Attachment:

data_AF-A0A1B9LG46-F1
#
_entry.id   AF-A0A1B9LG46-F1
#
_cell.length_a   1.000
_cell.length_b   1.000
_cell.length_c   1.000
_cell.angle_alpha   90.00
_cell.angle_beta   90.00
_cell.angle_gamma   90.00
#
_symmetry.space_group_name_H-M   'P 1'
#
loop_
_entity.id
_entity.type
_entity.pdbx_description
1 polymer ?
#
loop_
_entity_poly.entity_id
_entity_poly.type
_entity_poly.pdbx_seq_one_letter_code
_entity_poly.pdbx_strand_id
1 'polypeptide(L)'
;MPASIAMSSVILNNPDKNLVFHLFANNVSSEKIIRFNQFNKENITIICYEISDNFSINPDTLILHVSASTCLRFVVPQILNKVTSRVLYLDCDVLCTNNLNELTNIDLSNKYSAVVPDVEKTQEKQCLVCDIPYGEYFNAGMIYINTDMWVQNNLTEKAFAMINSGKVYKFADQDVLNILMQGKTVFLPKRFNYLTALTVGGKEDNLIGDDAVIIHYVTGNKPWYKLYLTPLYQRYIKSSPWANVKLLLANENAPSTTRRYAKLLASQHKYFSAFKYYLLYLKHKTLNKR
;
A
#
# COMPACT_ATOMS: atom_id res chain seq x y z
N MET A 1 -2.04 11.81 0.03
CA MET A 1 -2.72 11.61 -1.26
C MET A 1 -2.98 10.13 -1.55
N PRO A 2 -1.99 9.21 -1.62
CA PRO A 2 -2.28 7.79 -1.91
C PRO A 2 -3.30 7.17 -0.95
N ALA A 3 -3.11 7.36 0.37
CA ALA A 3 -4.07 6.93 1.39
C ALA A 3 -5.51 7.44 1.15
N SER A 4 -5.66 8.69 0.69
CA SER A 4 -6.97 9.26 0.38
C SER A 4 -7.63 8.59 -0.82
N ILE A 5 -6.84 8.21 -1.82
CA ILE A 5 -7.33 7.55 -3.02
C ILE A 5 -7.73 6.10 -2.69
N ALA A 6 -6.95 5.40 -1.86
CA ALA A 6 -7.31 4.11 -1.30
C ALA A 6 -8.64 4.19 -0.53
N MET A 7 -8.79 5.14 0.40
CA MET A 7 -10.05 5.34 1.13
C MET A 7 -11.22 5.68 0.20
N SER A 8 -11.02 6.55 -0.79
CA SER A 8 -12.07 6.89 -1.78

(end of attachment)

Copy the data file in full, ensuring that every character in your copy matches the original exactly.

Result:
data_AF-A0A1B9LG46-F1
#
_entry.id   AF-A0A1B9LG46-F1
#
_cell.length_a   1.000
_cell.length_b   1.000
_cell.length_c   1.000
_cell.angle_alpha   90.00
_cell.angle_beta   90.00
_cell.angle_gamma   90.00
#
_symmetry.space_group_name_H-M   'P 1'
#
loop_
_entity.id
_entity.type
_entity.pdbx_description
1 polymer ?
#
loop_
_entity_poly.entity_id
_entity_poly.type
_entity_poly.pdbx_seq_one_letter_code
_entity_poly.pdbx_strand_id
1 'polypeptide(L)'
;MPASIAMSSVILNNPDKNLVFHLFANNVSSEKIIRFNQFNKENITIICYEISDNFSINPDTLILHVSASTCLRFVVPQILNKVTSRVLYLDCDVLCTNNLNELTNIDLSNKYSAVVPDVEKTQEKQCLVCDIPYGEYFNAGMIYINTDMWVQNNLTEKAFAMINSGKVYKFADQDVLNILMQGKTVFLPKRFNYLTALTVGGKEDNLIGDDAVIIHYVTGNKPWYKLYLTPLYQRYIKSSPWANVKLLLANENAPSTTRRYAKLLASQHKYFSAFKYYLLYLKHKTLNKR
;
A
#
# COMPACT_ATOMS: atom_id res chain seq x y z
N MET A 1 -2.04 11.81 0.03
CA MET A 1 -2.72 11.61 -1.26
C MET A 1 -2.98 10.13 -1.55
N PRO A 2 -1.99 9.21 -1.62
CA PRO A 2 -2.28 7.79 -1.91
C PRO A 2 -3.30 7.17 -0.95
N ALA A 3 -3.11 7.36 0.37
CA ALA A 3 -4.07 6.93 1.39
C ALA A 3 -5.51 7.44 1.15
N SER A 4 -5.66 8.69 0.69
CA SER A 4 -6.97 9.26 0.38
C SER A 4 -7.63 8.59 -0.82
N ILE A 5 -6.84 8.21 -1.82
CA ILE A 5 -7.33 7.55 -3.02
C ILE A 5 -7.73 6.10 -2.69
N ALA A 6 -6.95 5.40 -1.86
CA ALA A 6 -7.31 4.11 -1.30
C ALA A 6 -8.64 4.19 -0.53
N MET A 7 -8.79 5.14 0.40
CA MET A 7 -10.05 5.34 1.13
C MET A 7 -11.22 5.68 0.20
N SER A 8 -11.02 6.55 -0.79
CA SER A 8 -12.07 6.89 -1.78